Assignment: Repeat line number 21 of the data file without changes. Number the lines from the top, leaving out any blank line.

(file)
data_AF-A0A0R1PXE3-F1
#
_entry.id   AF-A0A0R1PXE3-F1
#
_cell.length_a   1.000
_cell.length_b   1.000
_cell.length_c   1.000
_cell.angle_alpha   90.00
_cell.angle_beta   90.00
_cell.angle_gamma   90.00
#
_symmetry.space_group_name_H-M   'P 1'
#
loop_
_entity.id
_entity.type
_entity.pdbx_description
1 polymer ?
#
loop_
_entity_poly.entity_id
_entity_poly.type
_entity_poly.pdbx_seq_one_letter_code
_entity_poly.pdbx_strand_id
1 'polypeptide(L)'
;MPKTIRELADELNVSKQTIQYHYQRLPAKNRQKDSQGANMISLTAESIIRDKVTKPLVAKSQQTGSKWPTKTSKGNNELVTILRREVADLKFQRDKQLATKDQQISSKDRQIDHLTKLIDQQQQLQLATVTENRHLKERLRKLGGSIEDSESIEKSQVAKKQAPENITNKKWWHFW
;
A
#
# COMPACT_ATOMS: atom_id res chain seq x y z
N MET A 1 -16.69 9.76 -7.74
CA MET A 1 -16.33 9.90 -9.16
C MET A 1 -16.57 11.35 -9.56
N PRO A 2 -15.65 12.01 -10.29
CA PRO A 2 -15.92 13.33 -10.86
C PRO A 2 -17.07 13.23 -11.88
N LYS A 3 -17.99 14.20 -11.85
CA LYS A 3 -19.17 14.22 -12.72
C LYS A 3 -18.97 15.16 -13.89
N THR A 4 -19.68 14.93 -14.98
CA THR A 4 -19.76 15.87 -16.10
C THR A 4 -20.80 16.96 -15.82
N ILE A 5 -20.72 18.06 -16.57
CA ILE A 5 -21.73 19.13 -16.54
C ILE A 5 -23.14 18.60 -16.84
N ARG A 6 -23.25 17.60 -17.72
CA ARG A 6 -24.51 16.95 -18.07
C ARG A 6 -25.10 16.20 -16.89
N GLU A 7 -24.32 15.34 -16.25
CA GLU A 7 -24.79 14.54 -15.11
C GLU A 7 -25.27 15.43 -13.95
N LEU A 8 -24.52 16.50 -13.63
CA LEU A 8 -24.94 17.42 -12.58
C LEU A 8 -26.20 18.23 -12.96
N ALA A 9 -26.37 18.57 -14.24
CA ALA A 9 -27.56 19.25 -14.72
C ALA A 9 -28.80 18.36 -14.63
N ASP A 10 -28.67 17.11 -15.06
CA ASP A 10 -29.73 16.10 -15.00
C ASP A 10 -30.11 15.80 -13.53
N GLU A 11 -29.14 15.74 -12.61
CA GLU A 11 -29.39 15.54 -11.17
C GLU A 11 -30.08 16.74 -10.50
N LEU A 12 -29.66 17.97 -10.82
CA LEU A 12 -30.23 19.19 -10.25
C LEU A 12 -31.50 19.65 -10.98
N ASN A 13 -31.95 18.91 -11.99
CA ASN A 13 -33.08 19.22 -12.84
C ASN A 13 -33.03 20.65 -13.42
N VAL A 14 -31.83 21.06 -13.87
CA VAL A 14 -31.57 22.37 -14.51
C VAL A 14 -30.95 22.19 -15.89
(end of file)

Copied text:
_entity_poly.entity_id